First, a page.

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Military capabilities in the Arctic
Siemon T. Wezeman
SIPRI Background Paper

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Climate change is making the Arctic region—and its expected natural resources—more accessible. Overlapping claims by the five Arctic littoral states—Canada, Denmark, Norway, Russia and the United States—have led to fears of future conflict in the region.

In recent years all five countries have included increased protection of Arctic territories and claims in their defence policies. All five have also started to increase their military presences and capabilities in the Arctic region by acquiring Arctic-specific equipment, improving military infrastructure or increasing military forces.

While these changes are sometimes portrayed as significant military build-ups and potential threats to security, the five states are making only limited increases in their capabilities to project military power beyond their recognized national territories. However, the increase in military forces does give some reasons for concern, which military confidence-building measures might help to mitigate.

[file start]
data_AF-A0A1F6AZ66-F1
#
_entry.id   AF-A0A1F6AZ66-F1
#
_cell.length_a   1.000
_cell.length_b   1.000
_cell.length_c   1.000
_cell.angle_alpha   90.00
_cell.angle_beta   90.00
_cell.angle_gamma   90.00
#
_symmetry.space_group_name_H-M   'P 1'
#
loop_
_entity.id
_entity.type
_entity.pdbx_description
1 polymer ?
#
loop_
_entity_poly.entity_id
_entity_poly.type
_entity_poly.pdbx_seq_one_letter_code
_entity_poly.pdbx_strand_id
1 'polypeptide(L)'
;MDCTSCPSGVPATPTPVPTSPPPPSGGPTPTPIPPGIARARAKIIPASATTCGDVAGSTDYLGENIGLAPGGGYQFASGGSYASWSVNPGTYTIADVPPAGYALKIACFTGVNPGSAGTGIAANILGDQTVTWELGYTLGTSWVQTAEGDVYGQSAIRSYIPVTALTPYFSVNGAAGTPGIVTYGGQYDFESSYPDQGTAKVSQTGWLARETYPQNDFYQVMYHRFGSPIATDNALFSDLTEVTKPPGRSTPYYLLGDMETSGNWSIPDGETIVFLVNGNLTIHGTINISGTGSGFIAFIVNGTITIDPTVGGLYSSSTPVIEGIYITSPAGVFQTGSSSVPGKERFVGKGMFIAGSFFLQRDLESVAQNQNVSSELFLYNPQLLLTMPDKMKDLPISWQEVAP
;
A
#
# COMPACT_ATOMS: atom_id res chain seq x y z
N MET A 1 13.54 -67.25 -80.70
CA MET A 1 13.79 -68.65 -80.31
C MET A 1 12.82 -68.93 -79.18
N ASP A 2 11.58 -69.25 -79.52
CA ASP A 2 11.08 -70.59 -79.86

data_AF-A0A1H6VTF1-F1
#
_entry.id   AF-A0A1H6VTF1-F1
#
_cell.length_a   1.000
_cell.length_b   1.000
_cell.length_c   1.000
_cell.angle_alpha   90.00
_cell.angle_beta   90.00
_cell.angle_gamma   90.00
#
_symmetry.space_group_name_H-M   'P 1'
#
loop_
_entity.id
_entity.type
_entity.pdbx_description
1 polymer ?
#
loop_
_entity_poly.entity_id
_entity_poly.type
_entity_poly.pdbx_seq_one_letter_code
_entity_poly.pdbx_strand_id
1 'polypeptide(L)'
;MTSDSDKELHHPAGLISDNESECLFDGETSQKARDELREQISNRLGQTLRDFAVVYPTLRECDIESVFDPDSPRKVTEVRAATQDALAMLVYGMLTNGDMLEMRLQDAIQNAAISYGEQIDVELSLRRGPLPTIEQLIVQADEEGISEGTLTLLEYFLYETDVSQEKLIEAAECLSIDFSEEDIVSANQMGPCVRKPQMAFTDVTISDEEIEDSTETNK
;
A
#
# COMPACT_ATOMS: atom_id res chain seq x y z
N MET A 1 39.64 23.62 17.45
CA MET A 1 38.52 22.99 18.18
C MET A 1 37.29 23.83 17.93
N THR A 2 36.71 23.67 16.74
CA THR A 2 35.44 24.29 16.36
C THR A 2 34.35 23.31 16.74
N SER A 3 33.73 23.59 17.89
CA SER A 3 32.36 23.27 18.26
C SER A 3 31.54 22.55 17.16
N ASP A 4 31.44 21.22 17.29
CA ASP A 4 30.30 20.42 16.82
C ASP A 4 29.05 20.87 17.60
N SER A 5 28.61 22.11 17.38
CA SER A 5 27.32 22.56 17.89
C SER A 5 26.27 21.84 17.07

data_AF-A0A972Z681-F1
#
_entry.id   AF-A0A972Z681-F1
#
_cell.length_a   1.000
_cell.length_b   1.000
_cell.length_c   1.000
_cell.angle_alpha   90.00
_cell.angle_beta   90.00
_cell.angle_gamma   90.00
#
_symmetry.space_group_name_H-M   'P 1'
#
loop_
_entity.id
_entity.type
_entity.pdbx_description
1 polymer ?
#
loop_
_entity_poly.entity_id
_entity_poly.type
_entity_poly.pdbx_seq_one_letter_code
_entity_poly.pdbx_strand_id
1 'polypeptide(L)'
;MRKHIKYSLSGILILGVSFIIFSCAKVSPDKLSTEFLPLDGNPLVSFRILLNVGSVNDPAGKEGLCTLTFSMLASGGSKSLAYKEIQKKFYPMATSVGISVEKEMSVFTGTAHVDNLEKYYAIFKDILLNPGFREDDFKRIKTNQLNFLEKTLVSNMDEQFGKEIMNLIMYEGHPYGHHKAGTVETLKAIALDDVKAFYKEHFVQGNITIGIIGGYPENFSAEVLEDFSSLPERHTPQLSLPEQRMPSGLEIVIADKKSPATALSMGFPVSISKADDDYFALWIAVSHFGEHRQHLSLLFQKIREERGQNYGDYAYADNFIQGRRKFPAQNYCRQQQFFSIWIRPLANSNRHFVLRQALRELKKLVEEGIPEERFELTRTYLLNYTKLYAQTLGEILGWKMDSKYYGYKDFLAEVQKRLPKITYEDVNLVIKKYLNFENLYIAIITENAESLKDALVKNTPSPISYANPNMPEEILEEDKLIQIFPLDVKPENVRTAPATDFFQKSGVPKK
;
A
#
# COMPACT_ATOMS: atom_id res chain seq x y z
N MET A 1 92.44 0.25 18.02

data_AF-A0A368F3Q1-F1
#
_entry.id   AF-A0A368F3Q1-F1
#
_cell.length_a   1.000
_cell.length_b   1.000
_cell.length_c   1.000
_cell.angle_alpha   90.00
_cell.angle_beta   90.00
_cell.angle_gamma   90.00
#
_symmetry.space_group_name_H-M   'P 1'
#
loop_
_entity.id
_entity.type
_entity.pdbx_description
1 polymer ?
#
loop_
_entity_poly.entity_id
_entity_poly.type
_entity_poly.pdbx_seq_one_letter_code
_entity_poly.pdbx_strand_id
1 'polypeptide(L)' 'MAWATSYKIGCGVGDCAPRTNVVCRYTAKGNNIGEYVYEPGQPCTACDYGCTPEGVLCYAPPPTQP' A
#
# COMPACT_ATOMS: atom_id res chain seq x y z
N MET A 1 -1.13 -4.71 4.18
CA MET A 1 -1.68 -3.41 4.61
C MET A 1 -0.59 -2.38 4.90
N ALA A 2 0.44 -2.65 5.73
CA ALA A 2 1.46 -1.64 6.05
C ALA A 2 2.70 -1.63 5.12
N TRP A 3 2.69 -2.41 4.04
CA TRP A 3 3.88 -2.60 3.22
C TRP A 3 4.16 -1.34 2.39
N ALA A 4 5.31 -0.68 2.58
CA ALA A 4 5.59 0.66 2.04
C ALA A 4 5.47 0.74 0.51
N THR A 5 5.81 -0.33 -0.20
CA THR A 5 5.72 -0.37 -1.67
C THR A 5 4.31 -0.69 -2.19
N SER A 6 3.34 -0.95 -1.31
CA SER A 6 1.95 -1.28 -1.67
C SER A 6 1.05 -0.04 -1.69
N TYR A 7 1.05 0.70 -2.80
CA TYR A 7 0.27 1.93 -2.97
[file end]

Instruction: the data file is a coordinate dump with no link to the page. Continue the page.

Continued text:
I. Introduction
II. Canada
III. Denmark, including Greenland
IV. Norway
V. Russia
VI. United States
VII. Conclusions

About the author

Siemon T. Wezeman(Netherlands) is a Senior Researcher with the SIPRI Arms Transfers Programme, where he has worked since 1992. Among his publications are several relating to international transparency in arms transfers.

Publisher: SIPRI
16 pp.
March 2012


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